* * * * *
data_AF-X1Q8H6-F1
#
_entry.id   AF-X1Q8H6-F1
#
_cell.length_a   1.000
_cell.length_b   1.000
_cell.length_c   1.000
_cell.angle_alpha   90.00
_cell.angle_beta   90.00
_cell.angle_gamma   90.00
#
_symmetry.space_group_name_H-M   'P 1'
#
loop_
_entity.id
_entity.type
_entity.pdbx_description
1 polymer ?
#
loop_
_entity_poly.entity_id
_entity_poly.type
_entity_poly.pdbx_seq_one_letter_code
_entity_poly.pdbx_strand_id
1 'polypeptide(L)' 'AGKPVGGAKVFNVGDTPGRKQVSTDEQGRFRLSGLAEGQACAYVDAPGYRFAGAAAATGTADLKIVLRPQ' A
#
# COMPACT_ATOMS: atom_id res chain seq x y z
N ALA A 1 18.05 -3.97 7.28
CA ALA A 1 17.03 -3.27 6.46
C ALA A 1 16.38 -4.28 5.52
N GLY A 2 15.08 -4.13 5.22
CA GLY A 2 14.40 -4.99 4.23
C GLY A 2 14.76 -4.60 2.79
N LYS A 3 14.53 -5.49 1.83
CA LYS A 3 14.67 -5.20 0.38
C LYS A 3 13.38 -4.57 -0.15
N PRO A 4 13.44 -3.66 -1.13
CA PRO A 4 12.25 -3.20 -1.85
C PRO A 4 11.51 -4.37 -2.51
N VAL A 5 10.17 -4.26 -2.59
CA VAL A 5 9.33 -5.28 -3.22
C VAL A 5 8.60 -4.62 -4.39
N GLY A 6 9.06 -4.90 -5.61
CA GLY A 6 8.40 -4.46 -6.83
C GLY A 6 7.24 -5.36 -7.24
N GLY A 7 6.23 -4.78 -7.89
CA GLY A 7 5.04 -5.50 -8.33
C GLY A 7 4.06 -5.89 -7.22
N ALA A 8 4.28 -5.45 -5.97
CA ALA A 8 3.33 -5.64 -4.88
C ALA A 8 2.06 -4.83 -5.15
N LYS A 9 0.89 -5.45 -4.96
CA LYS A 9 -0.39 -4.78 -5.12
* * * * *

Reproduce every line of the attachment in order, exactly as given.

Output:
data_AF-X1Q8H6-F1
#
_entry.id   AF-X1Q8H6-F1
#
_cell.length_a   1.000
_cell.length_b   1.000
_cell.length_c   1.000
_cell.angle_alpha   90.00
_cell.angle_beta   90.00
_cell.angle_gamma   90.00
#
_symmetry.space_group_name_H-M   'P 1'
#
loop_
_entity.id
_entity.type
_entity.pdbx_description
1 polymer ?
#
loop_
_entity_poly.entity_id
_entity_poly.type
_entity_poly.pdbx_seq_one_letter_code
_entity_poly.pdbx_strand_id
1 'polypeptide(L)' 'AGKPVGGAKVFNVGDTPGRKQVSTDEQGRFRLSGLAEGQACAYVDAPGYRFAGAAAATGTADLKIVLRPQ' A
#
# COMPACT_ATOMS: atom_id res chain seq x y z
N ALA A 1 18.05 -3.97 7.28
CA ALA A 1 17.03 -3.27 6.46
C ALA A 1 16.38 -4.28 5.52
N GLY A 2 15.08 -4.13 5.22
CA GLY A 2 14.40 -4.99 4.23
C GLY A 2 14.76 -4.60 2.79
N LYS A 3 14.53 -5.49 1.83
CA LYS A 3 14.67 -5.20 0.38
C LYS A 3 13.38 -4.57 -0.15
N PRO A 4 13.44 -3.66 -1.13
CA PRO A 4 12.25 -3.20 -1.85
C PRO A 4 11.51 -4.37 -2.51
N VAL A 5 10.17 -4.26 -2.59
CA VAL A 5 9.33 -5.28 -3.22
C VAL A 5 8.60 -4.62 -4.39
N GLY A 6 9.06 -4.90 -5.61
CA GLY A 6 8.40 -4.46 -6.83
C GLY A 6 7.24 -5.36 -7.24
N GLY A 7 6.23 -4.78 -7.89
CA GLY A 7 5.04 -5.50 -8.33
C GLY A 7 4.06 -5.89 -7.22
N ALA A 8 4.28 -5.45 -5.97
CA ALA A 8 3.33 -5.64 -4.88
C ALA A 8 2.06 -4.83 -5.15
N LYS A 9 0.89 -5.45 -4.96
CA LYS A 9 -0.39 -4.78 -5.12